While I was preparing for my Japanese studies as an incoming middle schooler, … I discovered cosplaying and a plethora of other Japanese stuff like anime, manga, gyaru (girl) style, visual kei style, …………
Anime and manga fans who cosplay – dress up as their favorite characters – were such “eye-candies” to me as a kid. The homemade or “professionally-made” costumes they wore were much more colorful, detailed, and unique compared to the Halloween costumes you’d see at your local party stores.
But soon after discovering the hobby, I realized that cosplaying is far from glamorous.
Kids (and, surprisingly, babies) nowadays have their hands on smartphones, tablets, computers, and/or gaming systems with social media sharing. They’re exposed to much more information than I ever was when I was a kid! (I’m a post-millennial, by the way.)
My initial reaction to the Capital Gazette shootings on June 28, 2018 (before the shooter was identified): “Is this a ‘Charlie Hebdo-like’ attack on American soil?” Yesterday (July 2), I saw the video below and was shocked to hear what Jim Cavanaugh said about the shooter: he was posting tweets about Charlie Hebdo (4:14).
I found a Google preview of the book “The Millionaire Fastlane: Crack the Code to Wealth and Live Rich for a Lifetime” by MJ DeMarco, and here’s the passage that I read:
“The Illusion of Wealth: Looking Rich”
In pop culture, master illusionists of wealth are called “30K millionaires”. If you haven’t heard this phrase, it characterizes someone who maintains an image of a millionaire, yet has no net worth. These folks aren’t hard to find. They drive entry-level BMW’s with custom chrome rims, they wear fancy designer clothes with gothic cursive lettering from some faux French guy, and they congregate in the VIP section of the club ordering bottle service, of course, on credit. These folks broadcast like dashing debutantes with an extraordinary A-game, but behind all the flash-and-cash they’re miserable magicians of the Sidewalk.
The problem with looking wealthy versus being wealthy is that the former is easy while the latter is not. Easy credit and long-term monthly financing options (make no payments for one year!) are tempting conduits to help you purchase the illusion of wealth. Society has led you to believe that wealth can be bought at a mall, at a car dealership, or on an infomercial. Like my initial spending spree when I cashed my first check, these appearances of wealth are supposed announcements to the world: “I’m rich!”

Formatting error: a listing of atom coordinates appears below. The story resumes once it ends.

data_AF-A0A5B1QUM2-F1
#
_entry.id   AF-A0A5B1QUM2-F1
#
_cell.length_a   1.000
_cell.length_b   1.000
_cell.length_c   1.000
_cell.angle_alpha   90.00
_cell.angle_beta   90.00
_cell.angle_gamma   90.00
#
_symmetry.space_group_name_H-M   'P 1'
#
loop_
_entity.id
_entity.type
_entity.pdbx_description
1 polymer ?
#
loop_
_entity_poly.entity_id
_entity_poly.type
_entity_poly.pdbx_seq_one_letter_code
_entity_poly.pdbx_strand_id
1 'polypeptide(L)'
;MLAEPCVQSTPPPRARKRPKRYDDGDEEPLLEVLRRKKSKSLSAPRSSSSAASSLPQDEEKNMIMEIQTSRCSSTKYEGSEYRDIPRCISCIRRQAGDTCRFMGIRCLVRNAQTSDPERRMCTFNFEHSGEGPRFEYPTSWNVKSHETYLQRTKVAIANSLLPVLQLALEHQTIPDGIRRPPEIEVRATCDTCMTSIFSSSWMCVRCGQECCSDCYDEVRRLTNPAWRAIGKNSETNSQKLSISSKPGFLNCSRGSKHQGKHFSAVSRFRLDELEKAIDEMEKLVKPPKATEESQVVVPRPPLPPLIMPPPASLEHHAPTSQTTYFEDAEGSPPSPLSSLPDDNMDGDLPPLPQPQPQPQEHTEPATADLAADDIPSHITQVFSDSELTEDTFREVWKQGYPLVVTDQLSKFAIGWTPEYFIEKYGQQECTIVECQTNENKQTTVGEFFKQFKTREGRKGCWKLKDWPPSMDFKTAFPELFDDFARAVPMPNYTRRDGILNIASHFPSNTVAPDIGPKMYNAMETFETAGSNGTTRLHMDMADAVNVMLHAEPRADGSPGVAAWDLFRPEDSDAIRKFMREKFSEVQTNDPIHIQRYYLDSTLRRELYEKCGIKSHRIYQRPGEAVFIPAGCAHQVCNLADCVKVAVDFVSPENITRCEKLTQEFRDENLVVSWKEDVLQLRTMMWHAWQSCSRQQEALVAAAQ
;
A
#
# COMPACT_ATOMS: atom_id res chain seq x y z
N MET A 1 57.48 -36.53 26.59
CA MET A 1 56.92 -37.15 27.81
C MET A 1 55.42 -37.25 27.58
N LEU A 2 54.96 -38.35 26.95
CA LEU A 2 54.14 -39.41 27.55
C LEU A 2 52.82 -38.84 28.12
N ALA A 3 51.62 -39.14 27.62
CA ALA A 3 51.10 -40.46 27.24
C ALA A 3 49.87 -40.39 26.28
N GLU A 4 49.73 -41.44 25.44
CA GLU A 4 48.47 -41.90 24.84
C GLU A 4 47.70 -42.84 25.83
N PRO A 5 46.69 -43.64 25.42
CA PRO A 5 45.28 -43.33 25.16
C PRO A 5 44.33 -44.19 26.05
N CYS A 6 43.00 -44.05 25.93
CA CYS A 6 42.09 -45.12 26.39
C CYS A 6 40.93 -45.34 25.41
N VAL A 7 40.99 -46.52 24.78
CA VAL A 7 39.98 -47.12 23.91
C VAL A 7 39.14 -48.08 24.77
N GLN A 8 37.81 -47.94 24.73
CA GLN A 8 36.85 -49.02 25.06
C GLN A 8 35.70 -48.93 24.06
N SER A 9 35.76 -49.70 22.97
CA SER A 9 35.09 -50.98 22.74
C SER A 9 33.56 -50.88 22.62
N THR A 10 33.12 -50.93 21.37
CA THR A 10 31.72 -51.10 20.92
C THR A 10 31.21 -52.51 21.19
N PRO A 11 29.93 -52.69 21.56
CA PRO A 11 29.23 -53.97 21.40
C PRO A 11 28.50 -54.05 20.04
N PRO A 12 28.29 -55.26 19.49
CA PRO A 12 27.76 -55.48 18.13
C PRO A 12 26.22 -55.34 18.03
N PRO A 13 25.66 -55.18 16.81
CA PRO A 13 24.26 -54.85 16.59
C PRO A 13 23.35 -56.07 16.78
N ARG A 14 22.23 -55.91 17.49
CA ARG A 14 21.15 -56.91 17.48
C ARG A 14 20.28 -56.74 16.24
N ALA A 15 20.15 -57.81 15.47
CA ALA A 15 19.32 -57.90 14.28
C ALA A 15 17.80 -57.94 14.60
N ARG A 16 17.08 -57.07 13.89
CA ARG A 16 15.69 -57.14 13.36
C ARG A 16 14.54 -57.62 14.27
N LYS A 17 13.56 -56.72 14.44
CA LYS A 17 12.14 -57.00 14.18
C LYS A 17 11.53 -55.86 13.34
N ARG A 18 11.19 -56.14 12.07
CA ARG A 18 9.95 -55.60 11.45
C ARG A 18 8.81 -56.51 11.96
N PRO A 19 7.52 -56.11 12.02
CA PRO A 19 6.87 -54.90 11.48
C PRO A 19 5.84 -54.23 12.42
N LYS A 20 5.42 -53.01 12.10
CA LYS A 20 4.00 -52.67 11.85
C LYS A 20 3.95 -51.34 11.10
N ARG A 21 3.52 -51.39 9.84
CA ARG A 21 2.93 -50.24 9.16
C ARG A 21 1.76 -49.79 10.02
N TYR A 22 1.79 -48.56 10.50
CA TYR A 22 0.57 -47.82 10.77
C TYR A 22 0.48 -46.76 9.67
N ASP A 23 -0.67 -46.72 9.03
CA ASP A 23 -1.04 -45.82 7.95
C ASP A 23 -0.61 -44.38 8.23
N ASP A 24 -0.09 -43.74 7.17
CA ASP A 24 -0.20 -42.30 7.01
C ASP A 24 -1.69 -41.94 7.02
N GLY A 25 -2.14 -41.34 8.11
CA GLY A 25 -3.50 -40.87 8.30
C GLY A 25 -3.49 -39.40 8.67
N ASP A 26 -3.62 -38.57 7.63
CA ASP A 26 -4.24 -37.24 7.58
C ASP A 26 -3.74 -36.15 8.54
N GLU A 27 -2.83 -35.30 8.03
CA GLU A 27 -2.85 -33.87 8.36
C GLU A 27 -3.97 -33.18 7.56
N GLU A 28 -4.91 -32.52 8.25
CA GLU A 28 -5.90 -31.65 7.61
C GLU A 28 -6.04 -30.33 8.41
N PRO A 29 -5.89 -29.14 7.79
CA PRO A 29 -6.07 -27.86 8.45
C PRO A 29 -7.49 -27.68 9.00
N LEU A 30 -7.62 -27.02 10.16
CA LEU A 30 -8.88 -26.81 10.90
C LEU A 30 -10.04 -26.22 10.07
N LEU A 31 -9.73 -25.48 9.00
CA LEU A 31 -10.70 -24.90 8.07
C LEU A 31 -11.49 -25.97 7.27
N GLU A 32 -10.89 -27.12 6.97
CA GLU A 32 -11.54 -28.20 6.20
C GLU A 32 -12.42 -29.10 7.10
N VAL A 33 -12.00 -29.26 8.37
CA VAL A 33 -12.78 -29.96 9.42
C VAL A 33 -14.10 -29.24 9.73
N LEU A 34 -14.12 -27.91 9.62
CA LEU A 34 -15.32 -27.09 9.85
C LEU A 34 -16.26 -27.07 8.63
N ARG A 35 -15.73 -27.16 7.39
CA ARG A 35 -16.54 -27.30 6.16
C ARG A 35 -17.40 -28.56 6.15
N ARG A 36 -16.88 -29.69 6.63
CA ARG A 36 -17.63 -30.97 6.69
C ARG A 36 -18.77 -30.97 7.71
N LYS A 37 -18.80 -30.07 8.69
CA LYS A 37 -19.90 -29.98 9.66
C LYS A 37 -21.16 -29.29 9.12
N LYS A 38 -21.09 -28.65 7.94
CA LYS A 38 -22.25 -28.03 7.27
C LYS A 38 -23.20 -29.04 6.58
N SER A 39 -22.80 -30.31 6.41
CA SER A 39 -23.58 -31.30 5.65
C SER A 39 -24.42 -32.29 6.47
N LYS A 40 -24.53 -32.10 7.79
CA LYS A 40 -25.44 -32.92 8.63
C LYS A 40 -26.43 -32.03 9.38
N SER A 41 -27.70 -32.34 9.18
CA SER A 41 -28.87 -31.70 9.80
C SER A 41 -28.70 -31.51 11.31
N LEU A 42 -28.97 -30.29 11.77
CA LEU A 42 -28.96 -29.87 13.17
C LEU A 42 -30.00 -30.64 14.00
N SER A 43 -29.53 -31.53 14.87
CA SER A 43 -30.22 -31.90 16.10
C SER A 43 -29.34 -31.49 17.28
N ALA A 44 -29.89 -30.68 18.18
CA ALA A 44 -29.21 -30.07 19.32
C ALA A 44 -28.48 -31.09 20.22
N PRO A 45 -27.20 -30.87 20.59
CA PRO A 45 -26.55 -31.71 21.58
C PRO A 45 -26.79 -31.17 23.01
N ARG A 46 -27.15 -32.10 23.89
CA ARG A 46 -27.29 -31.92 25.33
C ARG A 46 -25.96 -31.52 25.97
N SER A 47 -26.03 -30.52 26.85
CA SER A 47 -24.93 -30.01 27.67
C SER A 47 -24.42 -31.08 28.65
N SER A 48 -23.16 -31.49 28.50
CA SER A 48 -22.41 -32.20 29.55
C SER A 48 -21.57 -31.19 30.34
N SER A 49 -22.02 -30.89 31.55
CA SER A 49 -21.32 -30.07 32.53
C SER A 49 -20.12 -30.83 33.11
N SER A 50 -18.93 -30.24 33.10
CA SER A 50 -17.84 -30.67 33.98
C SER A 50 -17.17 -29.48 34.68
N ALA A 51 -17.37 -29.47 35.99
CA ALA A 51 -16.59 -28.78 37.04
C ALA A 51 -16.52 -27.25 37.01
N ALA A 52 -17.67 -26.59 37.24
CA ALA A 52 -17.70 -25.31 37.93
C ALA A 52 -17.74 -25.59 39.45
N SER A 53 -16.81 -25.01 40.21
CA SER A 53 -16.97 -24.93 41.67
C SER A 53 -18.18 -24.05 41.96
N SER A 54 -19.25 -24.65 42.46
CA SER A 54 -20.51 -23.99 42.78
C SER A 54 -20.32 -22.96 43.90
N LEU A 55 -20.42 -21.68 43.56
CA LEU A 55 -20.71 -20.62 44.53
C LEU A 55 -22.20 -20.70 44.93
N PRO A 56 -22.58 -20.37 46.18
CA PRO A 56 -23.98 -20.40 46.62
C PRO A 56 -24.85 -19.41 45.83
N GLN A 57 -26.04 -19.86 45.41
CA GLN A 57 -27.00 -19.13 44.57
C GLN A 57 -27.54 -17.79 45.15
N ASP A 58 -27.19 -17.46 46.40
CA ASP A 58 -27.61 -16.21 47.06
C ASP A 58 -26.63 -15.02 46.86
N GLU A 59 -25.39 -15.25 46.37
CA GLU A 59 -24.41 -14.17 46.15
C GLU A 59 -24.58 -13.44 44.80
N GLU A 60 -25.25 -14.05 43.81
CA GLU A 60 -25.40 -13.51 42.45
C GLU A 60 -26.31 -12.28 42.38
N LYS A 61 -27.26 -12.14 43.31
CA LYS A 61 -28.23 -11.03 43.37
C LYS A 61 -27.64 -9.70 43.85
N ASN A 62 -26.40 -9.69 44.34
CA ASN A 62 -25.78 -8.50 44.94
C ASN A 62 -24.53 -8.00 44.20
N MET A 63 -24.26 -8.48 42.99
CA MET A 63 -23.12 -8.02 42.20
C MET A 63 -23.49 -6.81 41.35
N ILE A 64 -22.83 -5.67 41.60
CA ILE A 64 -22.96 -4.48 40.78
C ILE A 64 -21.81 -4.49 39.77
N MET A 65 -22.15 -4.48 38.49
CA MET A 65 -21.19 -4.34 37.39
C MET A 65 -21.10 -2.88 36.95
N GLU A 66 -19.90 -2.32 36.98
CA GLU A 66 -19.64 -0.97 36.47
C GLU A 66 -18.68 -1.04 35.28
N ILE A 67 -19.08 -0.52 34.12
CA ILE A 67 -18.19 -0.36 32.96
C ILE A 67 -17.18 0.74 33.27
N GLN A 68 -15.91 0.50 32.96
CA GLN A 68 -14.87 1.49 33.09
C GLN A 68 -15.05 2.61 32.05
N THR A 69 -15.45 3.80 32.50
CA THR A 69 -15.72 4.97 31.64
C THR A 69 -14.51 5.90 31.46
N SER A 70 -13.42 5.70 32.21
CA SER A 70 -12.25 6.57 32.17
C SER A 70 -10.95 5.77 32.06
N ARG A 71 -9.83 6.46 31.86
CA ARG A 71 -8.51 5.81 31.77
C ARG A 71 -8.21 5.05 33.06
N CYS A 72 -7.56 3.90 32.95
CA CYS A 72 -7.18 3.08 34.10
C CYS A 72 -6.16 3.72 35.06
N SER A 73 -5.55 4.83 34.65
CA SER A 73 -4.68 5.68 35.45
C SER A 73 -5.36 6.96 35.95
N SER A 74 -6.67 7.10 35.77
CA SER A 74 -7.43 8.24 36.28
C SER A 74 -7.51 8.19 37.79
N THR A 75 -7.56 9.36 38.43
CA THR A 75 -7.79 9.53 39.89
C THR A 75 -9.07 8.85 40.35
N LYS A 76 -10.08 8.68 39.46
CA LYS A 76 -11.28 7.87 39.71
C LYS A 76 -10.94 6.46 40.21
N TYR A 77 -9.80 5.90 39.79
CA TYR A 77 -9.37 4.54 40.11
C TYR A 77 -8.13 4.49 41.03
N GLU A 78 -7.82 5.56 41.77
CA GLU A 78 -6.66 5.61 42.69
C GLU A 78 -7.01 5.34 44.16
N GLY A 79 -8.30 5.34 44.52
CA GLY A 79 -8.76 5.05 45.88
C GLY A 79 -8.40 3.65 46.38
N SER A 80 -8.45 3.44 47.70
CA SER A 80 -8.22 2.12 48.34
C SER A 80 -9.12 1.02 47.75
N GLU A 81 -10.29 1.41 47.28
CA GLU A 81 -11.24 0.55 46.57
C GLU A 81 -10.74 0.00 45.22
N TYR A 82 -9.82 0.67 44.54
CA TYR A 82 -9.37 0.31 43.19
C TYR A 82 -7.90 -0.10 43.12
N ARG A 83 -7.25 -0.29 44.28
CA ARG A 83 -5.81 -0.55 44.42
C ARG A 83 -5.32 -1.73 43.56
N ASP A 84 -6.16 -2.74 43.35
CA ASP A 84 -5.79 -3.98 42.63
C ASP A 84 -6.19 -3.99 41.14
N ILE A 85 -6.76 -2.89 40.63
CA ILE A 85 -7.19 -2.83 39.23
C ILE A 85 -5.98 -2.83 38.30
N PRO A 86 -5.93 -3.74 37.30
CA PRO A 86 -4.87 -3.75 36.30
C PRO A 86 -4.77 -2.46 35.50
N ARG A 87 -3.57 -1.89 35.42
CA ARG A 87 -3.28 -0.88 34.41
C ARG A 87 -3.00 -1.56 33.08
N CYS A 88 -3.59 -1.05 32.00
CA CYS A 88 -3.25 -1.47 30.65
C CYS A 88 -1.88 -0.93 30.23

But are you? When you finance an $80,000 Mercedes Benz over six years because that’s all you could afford, that isn’t wealth, but impersonation of wealth. You’re fooling yourself, and it’s a Fastlane detour. But don’t jump the bandwagon yet; this isn’t a sermon about how you can’t spend money on pricey German sedans. Not at all.
Wealth isn’t embodied in a car but in the freedom to know that you can buy it. Freedom to walk into the dealership, know your price, pay cash, and drive away. For a gift, I bought my brother a new Lexus. It was the easiest transaction I ever did. I researched the car and determined the price I wanted to pay. I walked into the dealership with a cashier’s check and told the salesman, “I have a cashier’s check for $44,000 and I want to buy that car. I need a YES or a NO.” Twenty minutes later, I owned a Lexus. This is wealth, not an impersonation of wealth.
When I drive to the gym, I pass a dilapidated apartment complex near the expressway. In the parking lot I always see the same car parked: a shiny black Cadillac Escalade with 22-inch chrome custom rims. Do you see the incongruity? You live in a crappy apartment but you drive a $60,000 car with $10,000 rims? Do I see monitors in those headrests and hear a 24-speaker stereo? Geez, 90 grand of image and two bucks of common sense. Wouldn’t it be wiser if you focused on owning a nice house in a nice neighborhood instead of leasing the tightest car in the Marbella Gardens apartment complex? Priorities: Some want to look rich, while others want to be rich.
Man, I typed that whole passage in this blog post.
Okay, DeMarco mentioned good points that I already know, so I thought that the passage was more dragging to me than insightful.
The first half of the passage and the last sentence are pretty insightful for people who don’t really think about “illusion of wealth vs. real wealth”.
But I thought that the second half of the passage was… hm… it seemed a bit too boastful and criticizing.
“I can completely buy a car at a dealership. Not just any car – a Lexus. Not for me – for my brother, as a gift.” It’s this boastfulness that deters away from his hidden argument that he and some people are really wealthy, and not just living the illusion of wealth.
My thoughts: the truly wealthy people don’t glamorize themselves like what DeMarco did in the above passage.
The truly wealthy people understand that wealth can easily be lost, and therefore they’re pretty conservative when it comes to their lifestyle, frugal in their purchases, and humble (or at least try to practice humility often) when presenting themselves to others.